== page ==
Piers looked up at him. 'You're new. What's your name?' 'Neythen, my lord.''Sounds like a terrible illness. No, more like a bowel problem. I'm sorry, Lord Sandys, your son has contracted neythen and won't live a month. No, no, there's nothing I can do. Sandys would have preferred hearing that to syphilis.
Neythen looked perplexed. 'My mum always said I'm named after a saint, not an illness.''Which one?''Well he had his head chopped off, see? And then he picked it up and carried it down the road a time. All the way back home, I think.''Messy,' Piers said. 'Not to mention unlikely, though one has to think of chickens and their post-mortal abilities. Did she think that you would inherit the same gift?'Neythen blinked. 'No, my lord.''Perhaps she was just hopeful. It behooves mothers to look ahead to this sort of possibility, after all. I'm tempted to behead you just to see if she was right.Sometimes the most unlikely superstitions turn out to have a basis in fact.
I don't know,' he said irritably. 'Is it meant to improve you?'She swiveled toward him, eyes wide with shock.'Because nothing could,' he added. Her mouth dropped in astonishment. Blotchy scarlet rushed her complexion. One would have thought he'd shot her.Oh dear God!He realized belatedly how wrong it had sounded.'No! God... that is to say.. nothing is necessary to improve you. Nothing could possibly make you better... than you already are.
As for the comparatively small class of violent crimes against persons, unconnected with any idea of gain, they were almost wholly confined, even in your day, to the ignorant and bestial; and in these days, when education and good manners are not the monopoly of a few, but universal, such atrocities are scarcely ever heard of.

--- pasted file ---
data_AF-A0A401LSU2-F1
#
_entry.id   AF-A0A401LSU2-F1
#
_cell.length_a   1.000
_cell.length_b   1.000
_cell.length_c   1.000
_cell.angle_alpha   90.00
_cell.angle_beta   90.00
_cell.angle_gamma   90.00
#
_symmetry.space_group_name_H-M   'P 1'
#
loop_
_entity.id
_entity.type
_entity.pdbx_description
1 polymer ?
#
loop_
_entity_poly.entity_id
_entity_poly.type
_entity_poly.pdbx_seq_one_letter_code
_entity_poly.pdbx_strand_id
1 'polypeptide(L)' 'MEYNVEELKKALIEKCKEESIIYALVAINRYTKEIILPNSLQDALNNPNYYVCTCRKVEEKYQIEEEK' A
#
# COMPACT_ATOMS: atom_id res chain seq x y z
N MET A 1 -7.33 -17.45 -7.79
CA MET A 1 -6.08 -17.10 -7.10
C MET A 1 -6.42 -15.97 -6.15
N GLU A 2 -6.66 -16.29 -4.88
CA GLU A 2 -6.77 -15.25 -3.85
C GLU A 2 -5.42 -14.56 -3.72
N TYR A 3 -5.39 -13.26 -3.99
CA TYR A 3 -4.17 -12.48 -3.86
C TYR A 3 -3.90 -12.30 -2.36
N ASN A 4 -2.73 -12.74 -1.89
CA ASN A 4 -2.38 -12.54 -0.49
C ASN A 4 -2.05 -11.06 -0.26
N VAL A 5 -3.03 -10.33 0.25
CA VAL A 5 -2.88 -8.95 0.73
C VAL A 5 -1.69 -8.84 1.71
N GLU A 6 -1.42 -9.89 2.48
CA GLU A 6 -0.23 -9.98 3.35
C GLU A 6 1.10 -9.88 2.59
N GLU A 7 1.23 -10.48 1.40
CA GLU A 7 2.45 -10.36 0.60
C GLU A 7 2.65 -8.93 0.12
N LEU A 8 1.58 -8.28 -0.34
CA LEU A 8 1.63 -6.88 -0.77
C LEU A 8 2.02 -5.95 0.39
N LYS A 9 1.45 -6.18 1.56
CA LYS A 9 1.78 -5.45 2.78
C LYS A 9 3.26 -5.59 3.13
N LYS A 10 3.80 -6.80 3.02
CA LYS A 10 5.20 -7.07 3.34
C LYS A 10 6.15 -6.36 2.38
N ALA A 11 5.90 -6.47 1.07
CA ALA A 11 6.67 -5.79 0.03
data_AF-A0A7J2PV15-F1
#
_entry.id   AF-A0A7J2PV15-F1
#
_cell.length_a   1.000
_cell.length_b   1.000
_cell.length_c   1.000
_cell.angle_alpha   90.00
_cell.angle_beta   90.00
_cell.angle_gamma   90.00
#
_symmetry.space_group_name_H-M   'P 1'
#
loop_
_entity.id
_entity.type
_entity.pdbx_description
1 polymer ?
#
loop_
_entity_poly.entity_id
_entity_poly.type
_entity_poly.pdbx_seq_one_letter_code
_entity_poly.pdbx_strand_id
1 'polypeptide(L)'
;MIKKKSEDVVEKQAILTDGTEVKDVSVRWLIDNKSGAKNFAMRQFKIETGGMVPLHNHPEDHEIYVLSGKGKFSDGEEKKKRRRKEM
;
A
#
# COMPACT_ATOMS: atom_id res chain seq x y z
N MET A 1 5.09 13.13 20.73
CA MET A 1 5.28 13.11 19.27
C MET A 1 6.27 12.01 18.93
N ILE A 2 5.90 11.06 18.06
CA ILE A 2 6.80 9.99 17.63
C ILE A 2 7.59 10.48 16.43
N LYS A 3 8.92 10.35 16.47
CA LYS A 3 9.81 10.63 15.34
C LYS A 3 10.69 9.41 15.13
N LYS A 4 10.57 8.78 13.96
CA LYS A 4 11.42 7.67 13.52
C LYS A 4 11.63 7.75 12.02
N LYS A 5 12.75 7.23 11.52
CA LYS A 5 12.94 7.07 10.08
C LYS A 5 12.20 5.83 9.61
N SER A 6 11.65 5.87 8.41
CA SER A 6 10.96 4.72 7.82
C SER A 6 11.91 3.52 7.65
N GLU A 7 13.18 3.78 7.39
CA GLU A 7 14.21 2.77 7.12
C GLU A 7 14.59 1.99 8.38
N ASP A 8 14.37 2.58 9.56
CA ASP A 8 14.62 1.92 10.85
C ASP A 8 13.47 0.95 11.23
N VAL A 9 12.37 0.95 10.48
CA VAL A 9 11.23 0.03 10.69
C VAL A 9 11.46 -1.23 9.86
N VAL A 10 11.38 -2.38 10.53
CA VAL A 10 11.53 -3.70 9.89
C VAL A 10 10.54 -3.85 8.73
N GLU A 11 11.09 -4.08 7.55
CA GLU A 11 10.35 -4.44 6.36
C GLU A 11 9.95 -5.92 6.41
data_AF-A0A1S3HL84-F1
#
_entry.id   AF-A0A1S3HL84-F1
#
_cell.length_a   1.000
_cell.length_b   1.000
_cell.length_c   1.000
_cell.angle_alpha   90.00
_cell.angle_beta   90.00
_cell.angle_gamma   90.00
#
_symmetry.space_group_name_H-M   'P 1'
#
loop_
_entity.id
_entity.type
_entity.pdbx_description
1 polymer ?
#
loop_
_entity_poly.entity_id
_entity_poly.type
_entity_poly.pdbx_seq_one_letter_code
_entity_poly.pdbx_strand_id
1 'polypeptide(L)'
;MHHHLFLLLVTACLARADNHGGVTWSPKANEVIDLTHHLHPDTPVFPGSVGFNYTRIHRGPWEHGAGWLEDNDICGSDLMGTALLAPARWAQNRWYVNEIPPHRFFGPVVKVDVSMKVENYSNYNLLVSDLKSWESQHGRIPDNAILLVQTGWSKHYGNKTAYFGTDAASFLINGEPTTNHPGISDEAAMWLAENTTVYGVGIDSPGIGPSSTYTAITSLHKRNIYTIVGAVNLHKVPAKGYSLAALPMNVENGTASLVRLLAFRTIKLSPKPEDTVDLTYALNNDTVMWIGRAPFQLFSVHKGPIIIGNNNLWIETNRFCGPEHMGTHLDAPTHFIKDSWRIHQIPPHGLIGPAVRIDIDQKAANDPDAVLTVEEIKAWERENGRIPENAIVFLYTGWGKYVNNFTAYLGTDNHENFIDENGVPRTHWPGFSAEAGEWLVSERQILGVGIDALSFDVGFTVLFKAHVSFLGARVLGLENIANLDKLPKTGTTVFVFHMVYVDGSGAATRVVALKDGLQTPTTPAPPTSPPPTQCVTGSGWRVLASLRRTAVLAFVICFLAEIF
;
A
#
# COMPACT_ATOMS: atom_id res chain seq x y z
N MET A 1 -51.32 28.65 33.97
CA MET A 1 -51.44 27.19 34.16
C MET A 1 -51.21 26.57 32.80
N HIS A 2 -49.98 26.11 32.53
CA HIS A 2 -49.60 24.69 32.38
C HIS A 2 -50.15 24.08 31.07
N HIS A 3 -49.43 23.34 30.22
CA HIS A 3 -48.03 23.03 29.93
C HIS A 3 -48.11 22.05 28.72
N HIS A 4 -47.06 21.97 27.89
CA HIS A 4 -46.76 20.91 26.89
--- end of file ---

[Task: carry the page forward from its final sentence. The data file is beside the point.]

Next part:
Jules could have sworn there was a devilish glint in the shopkeepers eye. 'I find today I am in need of a bonnet.'Mr. Postlethwaite was silent. And then his eyes crept toward the marquess's hairline.'It will be a gift for a woman, Mr. Postlethwaite.''Of course, sir.' The marquess wished the 'of course' sounded a bit more sincere. He'd scarcely been in the shop for more than three minutes and already his dignity was fraying.
Hello, Bradley,' said Mom. She'd regained her composure after my outburst, and now raised her camera. 'Stand close.''No, Mom,' I said. 'No pictures.''But you're friend's here now,' she said, waving us together. 'Smile!''I don't need a picture with-' the flash snapped '-another guy. That's great, Mom, thank you. Send that one to Dad and tell him we're going steady.